GREENBELT, Md. (WDVM) – This week marks the 50th anniversary of the Apollo 11 mission, also known as the 1969 moon landing. NASA’s Goddard Space Flight Center is taking a look back at their role in the mission.
“When you hear the audio recordings of the astronauts talking back to earth, all of those recordings came back to antennas on the earth, those messages were sent here to Goddard, and then down to Houston,” said Noah Petro, a research scientist with NASA.
Goddard helped to design the technology that allowed people to watch the moon landing 50 years ago, but it almost didn’t happen.
“There was a lot of debate over the live television signal and package on the lunar lander, it was additional weight and every ounce counted. Wise leaders chose to put it on there. And that’s when the world got to pause for a moment as we put humans on another place outside of the earth,” said Cathy Barclay, deputy manager of space communications.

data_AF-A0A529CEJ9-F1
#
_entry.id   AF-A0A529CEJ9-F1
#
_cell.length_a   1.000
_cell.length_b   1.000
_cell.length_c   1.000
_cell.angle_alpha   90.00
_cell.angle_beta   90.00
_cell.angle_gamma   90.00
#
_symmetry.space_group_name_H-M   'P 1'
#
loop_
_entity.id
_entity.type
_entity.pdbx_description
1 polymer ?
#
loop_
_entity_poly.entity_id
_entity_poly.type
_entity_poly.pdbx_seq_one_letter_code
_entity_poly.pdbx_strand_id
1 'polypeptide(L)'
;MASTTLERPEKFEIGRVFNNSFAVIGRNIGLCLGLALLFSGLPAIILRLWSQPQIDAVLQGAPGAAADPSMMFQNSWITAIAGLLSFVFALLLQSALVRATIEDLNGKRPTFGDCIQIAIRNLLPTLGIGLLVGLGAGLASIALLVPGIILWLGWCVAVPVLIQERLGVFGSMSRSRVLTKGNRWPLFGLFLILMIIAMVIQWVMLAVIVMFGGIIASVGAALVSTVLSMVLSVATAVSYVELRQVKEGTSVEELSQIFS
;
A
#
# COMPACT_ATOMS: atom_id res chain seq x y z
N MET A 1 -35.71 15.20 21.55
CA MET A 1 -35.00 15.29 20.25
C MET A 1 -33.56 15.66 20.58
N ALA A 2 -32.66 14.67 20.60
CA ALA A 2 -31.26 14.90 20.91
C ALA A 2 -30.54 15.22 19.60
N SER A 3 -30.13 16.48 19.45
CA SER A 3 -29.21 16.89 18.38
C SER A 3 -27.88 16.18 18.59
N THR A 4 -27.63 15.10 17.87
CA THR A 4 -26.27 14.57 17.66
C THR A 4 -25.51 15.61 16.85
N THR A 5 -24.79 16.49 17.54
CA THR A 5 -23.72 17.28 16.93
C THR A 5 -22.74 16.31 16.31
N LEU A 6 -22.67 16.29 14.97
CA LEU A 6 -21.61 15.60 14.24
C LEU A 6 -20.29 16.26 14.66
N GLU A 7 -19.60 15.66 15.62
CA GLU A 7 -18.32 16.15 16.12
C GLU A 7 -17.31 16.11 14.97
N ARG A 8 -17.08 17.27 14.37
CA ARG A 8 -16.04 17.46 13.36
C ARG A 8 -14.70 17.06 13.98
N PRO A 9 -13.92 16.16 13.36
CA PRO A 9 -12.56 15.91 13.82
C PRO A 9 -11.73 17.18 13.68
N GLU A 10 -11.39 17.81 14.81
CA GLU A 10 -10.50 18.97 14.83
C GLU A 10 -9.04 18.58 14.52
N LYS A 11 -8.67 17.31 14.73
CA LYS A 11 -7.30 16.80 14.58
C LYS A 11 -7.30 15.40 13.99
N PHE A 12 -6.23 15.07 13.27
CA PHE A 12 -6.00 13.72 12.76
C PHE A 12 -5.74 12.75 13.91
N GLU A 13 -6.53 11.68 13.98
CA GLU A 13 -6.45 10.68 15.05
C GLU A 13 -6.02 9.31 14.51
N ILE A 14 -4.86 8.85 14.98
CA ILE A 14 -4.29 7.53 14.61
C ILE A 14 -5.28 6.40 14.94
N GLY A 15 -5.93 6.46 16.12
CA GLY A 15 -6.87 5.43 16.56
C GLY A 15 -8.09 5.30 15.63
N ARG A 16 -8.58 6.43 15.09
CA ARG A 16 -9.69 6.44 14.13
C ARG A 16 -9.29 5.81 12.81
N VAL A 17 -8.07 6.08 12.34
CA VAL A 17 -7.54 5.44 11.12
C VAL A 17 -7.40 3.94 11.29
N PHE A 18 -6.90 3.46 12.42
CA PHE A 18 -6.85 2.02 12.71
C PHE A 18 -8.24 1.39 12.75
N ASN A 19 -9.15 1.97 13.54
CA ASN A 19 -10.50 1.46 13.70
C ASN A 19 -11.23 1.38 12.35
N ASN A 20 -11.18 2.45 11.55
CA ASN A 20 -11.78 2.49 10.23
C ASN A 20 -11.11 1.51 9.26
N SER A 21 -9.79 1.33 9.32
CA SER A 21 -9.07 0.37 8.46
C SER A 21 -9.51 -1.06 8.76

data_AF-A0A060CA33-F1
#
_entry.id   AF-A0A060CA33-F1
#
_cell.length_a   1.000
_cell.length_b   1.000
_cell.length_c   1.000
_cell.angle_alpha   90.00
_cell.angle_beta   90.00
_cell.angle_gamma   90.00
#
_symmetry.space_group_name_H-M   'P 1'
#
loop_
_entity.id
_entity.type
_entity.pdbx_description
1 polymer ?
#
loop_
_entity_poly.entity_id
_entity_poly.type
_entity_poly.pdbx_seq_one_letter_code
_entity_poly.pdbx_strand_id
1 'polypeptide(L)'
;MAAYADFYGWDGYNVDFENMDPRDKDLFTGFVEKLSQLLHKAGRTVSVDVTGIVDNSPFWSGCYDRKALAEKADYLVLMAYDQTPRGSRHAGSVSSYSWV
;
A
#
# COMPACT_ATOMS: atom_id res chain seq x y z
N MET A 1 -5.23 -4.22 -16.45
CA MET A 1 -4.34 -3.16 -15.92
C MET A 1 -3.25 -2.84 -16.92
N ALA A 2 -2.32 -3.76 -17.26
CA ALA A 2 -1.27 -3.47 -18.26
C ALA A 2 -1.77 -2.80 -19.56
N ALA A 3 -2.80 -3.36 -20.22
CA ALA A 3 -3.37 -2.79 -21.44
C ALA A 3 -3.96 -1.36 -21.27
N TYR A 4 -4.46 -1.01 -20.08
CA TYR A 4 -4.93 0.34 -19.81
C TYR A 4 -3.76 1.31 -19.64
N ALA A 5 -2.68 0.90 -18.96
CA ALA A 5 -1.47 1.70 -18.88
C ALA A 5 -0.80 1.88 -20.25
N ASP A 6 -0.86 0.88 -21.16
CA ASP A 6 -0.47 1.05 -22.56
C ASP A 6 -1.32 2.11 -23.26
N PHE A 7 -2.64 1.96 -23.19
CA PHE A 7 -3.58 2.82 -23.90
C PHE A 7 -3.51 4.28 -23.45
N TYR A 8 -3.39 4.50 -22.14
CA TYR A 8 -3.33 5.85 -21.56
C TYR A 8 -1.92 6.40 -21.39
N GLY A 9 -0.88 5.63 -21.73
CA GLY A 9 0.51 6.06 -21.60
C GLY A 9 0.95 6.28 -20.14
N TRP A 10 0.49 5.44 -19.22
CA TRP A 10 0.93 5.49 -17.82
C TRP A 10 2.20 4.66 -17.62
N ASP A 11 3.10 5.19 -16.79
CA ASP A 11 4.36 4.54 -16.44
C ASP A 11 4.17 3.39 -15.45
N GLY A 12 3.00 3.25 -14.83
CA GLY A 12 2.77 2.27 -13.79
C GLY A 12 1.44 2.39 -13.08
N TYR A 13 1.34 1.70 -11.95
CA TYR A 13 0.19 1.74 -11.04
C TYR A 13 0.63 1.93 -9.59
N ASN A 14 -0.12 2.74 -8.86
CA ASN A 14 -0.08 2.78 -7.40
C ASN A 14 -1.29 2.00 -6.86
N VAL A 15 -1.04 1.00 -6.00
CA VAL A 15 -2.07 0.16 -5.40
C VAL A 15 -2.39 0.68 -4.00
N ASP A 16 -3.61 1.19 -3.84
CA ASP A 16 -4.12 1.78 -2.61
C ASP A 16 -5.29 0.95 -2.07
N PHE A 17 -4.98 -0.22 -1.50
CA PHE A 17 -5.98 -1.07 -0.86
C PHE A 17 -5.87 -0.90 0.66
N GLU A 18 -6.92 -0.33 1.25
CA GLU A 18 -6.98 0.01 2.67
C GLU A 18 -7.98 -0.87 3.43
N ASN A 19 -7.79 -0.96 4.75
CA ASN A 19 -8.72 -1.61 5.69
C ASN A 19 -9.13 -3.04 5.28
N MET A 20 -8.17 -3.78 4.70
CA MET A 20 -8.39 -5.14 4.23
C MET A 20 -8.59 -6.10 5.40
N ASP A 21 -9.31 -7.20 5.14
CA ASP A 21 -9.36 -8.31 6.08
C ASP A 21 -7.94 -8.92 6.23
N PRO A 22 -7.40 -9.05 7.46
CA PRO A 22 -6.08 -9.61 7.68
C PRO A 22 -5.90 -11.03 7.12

NASA’s Network Integration Center played an important role in receiving information and data collected from the mission.
“You can get a satellite into space, but unless you can talk to it, it becomes space junk very rapidly. Here in this room, we controlled the networks that provided that information,” said Barclay.